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Wednesday, February 29, 2012

The Myth of Progress - Singapore Lyric Opera's Mozart's Don Giovanni

"Eternal nothingness is fine if you happen to be dressed for it." - Woody Allen


Many have critiqued the Myth of Progress as a delusion. As Qohelet observed (before one even conceptualised modernity):

One generation passeth away, and another generation cometh: but the earth abideth for ever... The thing that hath been, it is that which shall be; and that which is done is that which shall be done: and there is no new thing under the sun. Is there any thing whereof it may be said, See, this is new? it hath been already of old time, which was before us.

Our case study today shall be the Singapore Lyric Opera (SLO).

Now, I haven't blogged anything about the SLO for a long time. Yet, Monday's performance almost moved me to tears, which motivated me to finally write something.

Here is a scientific study showing how the SLO has progressed over the years:

This is a relative scale which tries to partial out the relative merits of each opera, and only consider the SLO's performance
You know this study scientific because I fitted a trend line to my ratings, there's an equation for it and you can see the R-squared value. Note also the precipitous decline marked "Don Giovanni". Which coincides with Monday night's performance.

(Unfortunately the SLO website lists no operas before the 07/08 season (perhaps because they're ashamed of them). Luckily, I had written a pseudo-review of Hey Figaro!, which helped jog my memory)

Now, while I wasn't quite moved to tears, I was certainly moved to laughter: laughing AT the performance, not WITH it. This was only the second time I can remember being so affected (the other time was The Magic Flute - not coincidentally, also by the SLO - when the Queen of the Night, supposedly a specialist at the role, was less than adequate).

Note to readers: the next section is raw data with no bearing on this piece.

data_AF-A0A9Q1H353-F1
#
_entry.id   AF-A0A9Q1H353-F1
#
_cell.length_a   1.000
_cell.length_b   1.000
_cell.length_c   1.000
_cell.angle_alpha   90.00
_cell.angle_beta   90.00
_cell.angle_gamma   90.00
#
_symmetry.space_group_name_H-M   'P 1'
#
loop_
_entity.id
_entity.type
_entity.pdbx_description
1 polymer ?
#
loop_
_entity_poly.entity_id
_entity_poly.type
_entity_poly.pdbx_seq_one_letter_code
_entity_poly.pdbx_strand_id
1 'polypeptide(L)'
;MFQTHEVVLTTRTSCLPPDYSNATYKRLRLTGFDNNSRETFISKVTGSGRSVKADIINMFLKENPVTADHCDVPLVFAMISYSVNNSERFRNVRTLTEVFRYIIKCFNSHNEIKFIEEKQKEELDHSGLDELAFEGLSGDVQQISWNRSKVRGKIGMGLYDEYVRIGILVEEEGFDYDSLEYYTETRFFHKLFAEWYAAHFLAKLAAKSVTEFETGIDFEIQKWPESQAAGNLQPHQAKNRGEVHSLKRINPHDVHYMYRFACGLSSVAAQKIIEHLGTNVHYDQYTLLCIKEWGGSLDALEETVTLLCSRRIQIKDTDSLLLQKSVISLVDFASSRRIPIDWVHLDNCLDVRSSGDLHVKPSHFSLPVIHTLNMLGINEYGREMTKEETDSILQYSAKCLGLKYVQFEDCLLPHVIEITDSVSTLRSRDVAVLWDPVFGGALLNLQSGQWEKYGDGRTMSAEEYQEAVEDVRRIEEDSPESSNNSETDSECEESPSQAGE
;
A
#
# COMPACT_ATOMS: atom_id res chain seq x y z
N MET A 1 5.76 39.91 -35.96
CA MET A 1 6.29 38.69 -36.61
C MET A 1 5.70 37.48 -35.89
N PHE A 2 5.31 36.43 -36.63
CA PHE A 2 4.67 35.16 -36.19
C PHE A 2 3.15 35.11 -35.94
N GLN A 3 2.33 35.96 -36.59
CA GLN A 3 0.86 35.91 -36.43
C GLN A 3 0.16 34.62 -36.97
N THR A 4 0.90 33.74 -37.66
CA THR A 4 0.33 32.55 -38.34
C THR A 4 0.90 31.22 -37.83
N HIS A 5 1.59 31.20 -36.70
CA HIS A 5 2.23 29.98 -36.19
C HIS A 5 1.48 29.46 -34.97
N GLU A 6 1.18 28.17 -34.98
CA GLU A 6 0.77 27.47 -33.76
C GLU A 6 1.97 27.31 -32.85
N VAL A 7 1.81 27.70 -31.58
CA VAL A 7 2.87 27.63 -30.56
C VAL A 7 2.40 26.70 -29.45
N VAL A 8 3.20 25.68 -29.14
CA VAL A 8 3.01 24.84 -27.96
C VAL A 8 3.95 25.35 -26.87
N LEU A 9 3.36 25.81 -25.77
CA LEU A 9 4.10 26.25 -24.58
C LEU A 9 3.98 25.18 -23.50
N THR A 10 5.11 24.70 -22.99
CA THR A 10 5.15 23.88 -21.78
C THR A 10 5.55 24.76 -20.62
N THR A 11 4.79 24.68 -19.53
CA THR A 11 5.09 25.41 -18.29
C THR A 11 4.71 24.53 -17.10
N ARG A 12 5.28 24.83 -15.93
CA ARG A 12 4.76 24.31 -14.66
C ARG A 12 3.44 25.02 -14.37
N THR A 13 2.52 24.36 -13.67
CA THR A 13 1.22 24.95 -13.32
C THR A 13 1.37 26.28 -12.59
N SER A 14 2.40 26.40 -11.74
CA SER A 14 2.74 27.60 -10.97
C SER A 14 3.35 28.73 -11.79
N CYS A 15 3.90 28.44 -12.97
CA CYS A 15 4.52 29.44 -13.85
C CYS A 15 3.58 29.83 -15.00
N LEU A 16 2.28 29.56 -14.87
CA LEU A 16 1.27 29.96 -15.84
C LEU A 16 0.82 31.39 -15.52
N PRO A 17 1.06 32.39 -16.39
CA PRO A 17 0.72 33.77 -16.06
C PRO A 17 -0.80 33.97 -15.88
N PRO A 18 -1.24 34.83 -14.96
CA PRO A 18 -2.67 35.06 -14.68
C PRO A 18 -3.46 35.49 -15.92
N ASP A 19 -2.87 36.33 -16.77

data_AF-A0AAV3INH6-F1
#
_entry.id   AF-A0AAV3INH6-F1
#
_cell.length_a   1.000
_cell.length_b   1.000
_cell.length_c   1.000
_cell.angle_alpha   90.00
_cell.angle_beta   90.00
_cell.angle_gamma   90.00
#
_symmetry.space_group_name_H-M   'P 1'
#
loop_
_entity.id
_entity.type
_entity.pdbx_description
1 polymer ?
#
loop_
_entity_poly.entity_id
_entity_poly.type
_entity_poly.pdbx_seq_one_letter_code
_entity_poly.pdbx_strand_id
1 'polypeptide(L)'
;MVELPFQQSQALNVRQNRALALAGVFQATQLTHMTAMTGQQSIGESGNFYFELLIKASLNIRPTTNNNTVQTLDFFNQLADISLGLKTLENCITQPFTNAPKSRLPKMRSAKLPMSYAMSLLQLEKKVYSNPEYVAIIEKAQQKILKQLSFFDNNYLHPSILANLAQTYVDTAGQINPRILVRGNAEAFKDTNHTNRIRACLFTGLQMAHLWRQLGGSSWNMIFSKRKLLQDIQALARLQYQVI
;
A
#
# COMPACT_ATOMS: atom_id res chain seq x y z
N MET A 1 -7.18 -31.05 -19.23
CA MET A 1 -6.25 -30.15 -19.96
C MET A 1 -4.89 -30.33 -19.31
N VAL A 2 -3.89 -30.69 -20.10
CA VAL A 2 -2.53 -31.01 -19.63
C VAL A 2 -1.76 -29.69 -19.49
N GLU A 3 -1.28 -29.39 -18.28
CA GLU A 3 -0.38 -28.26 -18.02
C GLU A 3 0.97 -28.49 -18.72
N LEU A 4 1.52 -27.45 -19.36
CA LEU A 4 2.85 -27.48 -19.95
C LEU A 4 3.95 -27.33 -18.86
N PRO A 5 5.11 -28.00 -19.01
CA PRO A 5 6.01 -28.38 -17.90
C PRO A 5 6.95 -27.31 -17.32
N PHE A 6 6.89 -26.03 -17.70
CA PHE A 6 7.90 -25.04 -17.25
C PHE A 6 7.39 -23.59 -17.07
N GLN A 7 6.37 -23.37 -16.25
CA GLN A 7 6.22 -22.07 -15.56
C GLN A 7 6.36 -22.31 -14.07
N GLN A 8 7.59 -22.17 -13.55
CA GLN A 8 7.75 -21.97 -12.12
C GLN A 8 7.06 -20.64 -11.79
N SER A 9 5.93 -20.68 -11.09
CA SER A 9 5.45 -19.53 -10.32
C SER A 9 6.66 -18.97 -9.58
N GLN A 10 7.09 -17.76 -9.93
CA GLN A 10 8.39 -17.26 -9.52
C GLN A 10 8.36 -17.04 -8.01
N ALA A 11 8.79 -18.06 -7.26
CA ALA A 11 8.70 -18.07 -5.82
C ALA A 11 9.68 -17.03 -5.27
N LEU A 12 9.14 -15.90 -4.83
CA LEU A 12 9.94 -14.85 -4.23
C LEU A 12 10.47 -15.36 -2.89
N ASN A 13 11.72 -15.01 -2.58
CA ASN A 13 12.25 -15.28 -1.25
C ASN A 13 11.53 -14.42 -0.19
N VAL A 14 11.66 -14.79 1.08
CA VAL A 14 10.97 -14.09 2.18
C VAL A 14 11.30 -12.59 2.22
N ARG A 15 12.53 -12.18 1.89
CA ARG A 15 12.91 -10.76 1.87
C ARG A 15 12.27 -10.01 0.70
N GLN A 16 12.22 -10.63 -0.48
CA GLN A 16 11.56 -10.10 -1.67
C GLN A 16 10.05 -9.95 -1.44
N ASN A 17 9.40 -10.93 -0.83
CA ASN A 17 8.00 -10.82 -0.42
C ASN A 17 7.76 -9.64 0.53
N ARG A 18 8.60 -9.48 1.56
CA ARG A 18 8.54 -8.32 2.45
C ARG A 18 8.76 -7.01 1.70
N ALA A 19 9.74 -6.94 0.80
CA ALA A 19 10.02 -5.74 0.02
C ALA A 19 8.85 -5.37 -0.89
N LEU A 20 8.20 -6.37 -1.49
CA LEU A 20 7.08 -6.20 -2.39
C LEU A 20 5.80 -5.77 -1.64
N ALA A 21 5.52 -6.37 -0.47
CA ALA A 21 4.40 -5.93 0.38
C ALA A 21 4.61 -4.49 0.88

Let me break down the performance into several aspects to analyse just what went wrong:

Staging: I was quite impressed by this. It worked. There was nothing overly-elaborate, but then it's not a movie set. The damnation scene was particularly well-done. About the only grouse I had was the statue of the Commendatore in the graveyard: he was sitting upright with his legs stretched out in front of him. When was the last time you saw a funeral effigy posed so?!
Lighting: Usually I don't notice SLO lighting (which means it usually works: lighting is like the life support system on a spacewalk - you only notice it if something is wrong). However the spotlights were off a few times (perhaps I only noticed this because my seats were better this time)
Chorus: They were alright, having come a long way from the days when the average secondary school choir could do better. Incidentally I hear they're all expats: even the men.

Don Giovanni (Song Kee Chang): He was the strongest of the cast, with a commanding stage presence, though he unfortunately blasted with a shouting tone too often. This role suits him better than Papageno, where he wasn't naïve enough.
Leporello (Huang Rong Hai): He often channeled Rex Harrison. Not in his acting, but in speaking on pitch. For example in his opening number he spent several bars shouting (which gets across the fact that he is annoyed, but not in the proper fashion). He also didn't really come across as a snivelly servant, mostly because of his voice; with a voice too similar to Don Giovanni, the two were not immiscible.